Church Attendance Shows Dose-dependent Correlation with Life Expectancy
January 02, 2008
Individuals who attend religious services regularly appear to outlive those who do not attend church. The researchers estimated that people who attended religious services more than once a week had an average additional life expectancy of 62.9 years at age 20, versus 55.3 years for those who did not attend church at all. People who attended church once a week and those who attended less than once a week, had intermediate life expectancies after age 20 of 61.9 and 59.7 years, respectively. When the investigators took into account demographic factors such as age, sex, race and region, religious attendance remained a significant predictor of mortality. The risk of dying during the follow-up period was 1.87 times higher people who never attended church and 1.31 times higher those who attended church less than once a week, in comparison with the most frequent churchgoers.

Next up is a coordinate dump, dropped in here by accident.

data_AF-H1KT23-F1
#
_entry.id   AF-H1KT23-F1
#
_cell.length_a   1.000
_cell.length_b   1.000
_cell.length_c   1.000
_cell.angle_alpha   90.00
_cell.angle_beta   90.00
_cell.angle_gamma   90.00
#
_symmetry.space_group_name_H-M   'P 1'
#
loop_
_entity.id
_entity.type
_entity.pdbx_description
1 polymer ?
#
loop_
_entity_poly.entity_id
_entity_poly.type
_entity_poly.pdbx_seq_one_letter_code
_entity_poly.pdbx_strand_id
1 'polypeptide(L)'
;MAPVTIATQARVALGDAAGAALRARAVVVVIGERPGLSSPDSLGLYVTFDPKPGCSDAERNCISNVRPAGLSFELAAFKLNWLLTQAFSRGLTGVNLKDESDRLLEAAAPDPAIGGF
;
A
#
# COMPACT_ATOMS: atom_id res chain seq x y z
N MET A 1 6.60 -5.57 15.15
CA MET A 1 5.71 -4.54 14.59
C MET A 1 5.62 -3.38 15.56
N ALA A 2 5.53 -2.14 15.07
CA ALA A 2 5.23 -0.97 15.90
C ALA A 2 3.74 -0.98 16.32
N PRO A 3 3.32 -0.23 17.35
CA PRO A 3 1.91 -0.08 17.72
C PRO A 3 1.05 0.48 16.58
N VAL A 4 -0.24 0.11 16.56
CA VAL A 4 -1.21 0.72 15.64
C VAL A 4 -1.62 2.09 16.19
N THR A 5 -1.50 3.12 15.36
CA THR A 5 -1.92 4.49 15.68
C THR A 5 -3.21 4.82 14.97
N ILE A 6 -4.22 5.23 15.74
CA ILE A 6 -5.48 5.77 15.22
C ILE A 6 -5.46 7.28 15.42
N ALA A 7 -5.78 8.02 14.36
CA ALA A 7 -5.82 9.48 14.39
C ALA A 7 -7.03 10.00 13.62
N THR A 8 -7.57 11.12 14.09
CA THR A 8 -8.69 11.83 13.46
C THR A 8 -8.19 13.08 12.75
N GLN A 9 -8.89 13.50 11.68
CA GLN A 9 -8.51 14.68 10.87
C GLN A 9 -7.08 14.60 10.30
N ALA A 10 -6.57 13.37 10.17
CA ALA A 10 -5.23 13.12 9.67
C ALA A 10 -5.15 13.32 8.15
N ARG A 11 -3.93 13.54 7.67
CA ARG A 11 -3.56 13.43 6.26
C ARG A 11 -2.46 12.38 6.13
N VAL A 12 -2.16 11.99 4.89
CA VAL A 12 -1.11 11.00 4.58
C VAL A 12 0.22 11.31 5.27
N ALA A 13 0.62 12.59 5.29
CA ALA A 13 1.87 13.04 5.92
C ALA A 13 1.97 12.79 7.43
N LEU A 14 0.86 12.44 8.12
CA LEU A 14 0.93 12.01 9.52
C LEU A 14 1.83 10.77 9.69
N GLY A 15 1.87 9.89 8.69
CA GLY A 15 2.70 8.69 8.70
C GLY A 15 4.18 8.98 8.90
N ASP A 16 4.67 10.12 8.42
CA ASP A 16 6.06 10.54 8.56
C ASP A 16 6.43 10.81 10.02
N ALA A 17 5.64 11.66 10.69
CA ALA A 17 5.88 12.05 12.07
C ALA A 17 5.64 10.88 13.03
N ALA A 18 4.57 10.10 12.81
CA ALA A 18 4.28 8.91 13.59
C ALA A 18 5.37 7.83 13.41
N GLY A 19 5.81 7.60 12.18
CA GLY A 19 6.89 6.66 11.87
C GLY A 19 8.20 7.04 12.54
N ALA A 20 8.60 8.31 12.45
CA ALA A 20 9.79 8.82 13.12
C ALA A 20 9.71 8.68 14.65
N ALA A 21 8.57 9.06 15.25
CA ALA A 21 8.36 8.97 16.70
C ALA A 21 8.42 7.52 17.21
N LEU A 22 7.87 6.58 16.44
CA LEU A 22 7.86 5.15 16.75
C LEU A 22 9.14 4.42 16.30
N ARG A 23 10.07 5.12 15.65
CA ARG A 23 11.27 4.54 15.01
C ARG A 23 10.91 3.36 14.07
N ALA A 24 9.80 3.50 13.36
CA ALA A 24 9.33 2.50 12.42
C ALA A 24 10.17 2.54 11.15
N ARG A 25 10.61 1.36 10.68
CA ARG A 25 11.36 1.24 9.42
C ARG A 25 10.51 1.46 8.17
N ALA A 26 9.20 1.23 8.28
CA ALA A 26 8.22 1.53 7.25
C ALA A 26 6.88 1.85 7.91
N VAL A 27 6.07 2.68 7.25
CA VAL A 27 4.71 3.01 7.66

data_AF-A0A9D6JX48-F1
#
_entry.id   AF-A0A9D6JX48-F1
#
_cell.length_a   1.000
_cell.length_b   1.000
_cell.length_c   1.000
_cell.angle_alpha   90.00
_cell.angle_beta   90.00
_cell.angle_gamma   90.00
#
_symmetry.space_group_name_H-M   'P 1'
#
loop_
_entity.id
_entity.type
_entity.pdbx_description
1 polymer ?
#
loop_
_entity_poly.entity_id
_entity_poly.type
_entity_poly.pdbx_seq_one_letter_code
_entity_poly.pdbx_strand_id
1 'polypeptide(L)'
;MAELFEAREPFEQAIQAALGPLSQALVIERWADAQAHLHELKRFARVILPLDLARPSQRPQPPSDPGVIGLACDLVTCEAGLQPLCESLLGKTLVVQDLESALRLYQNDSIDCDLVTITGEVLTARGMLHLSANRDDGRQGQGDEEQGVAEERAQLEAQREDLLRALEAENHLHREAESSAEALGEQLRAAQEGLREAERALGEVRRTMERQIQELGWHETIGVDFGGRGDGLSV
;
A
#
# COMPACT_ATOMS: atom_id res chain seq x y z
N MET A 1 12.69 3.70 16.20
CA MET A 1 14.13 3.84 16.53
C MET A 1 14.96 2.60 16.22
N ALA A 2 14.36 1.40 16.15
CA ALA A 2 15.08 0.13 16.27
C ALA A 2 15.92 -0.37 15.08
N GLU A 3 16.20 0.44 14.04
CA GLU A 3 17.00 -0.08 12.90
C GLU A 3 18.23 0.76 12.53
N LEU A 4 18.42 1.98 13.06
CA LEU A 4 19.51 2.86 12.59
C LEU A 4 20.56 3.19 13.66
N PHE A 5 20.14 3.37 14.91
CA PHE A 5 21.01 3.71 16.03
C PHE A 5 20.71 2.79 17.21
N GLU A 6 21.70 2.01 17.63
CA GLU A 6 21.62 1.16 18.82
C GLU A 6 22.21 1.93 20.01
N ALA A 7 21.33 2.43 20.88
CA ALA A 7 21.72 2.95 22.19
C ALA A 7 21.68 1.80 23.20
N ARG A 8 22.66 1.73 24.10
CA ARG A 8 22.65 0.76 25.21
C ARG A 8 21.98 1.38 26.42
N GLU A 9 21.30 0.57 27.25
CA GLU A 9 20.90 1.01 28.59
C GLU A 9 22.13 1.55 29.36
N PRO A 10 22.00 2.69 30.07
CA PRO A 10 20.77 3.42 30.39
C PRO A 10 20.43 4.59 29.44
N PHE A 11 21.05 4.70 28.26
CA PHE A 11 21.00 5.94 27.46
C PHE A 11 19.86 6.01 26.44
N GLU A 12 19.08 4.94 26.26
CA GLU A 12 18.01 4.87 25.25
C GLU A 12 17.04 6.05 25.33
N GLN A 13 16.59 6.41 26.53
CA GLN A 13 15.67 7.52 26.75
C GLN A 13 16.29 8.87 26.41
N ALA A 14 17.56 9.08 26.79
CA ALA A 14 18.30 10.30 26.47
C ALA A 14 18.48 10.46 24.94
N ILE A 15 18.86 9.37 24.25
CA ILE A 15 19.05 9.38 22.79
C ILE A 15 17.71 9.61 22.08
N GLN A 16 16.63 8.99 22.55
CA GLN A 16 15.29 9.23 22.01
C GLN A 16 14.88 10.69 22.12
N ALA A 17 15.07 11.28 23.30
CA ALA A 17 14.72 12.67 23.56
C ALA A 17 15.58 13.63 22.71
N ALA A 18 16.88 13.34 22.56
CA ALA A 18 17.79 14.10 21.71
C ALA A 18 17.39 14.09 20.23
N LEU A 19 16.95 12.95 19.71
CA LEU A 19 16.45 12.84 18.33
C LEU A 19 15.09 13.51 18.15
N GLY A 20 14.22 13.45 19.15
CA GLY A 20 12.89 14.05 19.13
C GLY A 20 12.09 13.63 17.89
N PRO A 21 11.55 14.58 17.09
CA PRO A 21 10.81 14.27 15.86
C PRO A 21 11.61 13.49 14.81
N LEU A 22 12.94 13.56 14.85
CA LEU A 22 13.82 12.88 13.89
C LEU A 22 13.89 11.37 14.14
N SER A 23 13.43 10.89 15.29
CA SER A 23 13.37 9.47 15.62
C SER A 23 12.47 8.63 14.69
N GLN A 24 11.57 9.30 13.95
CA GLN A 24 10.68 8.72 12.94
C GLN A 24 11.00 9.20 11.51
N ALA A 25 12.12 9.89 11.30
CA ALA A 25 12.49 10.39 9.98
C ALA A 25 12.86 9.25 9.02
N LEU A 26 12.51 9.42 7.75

Demography May 1999;36:273-285.
COMMENT: More indirect evidence that spiritual health is intimately connected to physical health. Going to church just to achieve the benefits or fulfill some obligation will likely not work. Church attendance is probably correlated with an authentic spiritual commitment. I fully believe that spiritual health is essential to optimal wellness and would encourage prayer as a tool to grow in that direction. It is a simple, natural, very inexpensive strategy and is amazingly effective. Is works best if done on a consistent basis, but really will work any time it is used.